Oberlin Community Needs Strong Senate

To the Editors:

Over this past semester Oberlin students have seen major changes that effect the quality and accessibility of our education and the strength and diversity of our student community.
From the elimination of the MRC interns to tuition increases, the dramatic number of student groups not applying for SFC funding, lack of student participation (and awareness) of trustee forums and changes to the work-study program, it is clear that something is wrong with the student body’s ability to have a strong voice in affairs both on and off campus that have major effects on our community. The major questions are: whose job it is to organize the student body to get issues addressed and how they can do a better job of it.
While there are many groups and organizations that have a voice on campus for different groups of students, the only official body that is charged with representing the student body is Student Senate.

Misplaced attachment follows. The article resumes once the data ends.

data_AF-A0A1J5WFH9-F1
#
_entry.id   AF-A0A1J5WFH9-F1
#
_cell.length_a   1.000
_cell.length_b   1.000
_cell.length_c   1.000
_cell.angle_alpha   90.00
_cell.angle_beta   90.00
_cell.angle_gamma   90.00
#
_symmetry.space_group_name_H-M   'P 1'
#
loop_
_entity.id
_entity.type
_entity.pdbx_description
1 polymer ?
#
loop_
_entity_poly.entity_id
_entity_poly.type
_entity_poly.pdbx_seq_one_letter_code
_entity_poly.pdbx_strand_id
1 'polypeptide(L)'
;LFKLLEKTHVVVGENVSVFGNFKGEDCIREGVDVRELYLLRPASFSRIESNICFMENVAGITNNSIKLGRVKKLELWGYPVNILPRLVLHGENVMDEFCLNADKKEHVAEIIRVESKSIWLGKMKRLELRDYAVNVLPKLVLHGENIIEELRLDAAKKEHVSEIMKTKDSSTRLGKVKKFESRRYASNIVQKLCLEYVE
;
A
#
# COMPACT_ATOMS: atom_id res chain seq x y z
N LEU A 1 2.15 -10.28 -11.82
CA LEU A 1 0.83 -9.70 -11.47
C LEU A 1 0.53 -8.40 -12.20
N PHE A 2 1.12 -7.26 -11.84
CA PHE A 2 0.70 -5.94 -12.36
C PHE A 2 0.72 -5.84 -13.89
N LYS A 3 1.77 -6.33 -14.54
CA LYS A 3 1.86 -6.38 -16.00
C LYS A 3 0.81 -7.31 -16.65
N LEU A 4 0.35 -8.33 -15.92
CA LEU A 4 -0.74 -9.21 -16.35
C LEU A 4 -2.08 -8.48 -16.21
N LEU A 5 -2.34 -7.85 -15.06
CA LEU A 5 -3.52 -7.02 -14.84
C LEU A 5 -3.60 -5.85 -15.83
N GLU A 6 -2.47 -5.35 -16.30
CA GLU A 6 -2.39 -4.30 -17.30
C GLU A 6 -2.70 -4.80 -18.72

This letter is not intended to be an attack on student senate, they are a dedicated group of students that (for the most part) take their jobs very seriously and work hard to be a voice for the students. Rather this letter is an urgent appeal to senate to realize that more needs to be done and to rethink their mission and role on campus so that they can be a better watchdog for the student body.
Student Senate needs to be more then a voice of the students to the administration, Senate should be the locus of student activities on campus. More then represent students, Senate needs to have a vision for what they want the campus to look like and work to organize the different groups on campus and the general student body to achieve that vision and create an atmosphere on campus where students are active participants in college affairs.
This may be a tall order for Student Senate, which already has a lot of things on its plate, however, many student governments and state student associations have brought in outside groups such as USSA (the United States Student Association) or SET (Student Empowerment Training) to help them develop the skills and vision they need to build a stronger student senate that can serve as an effective organizer and watchdog for the administration and state government.
Now more then ever Oberlin College needs a strong Student Senate.

–Winston Vaughan
College junior

April 19
April 26

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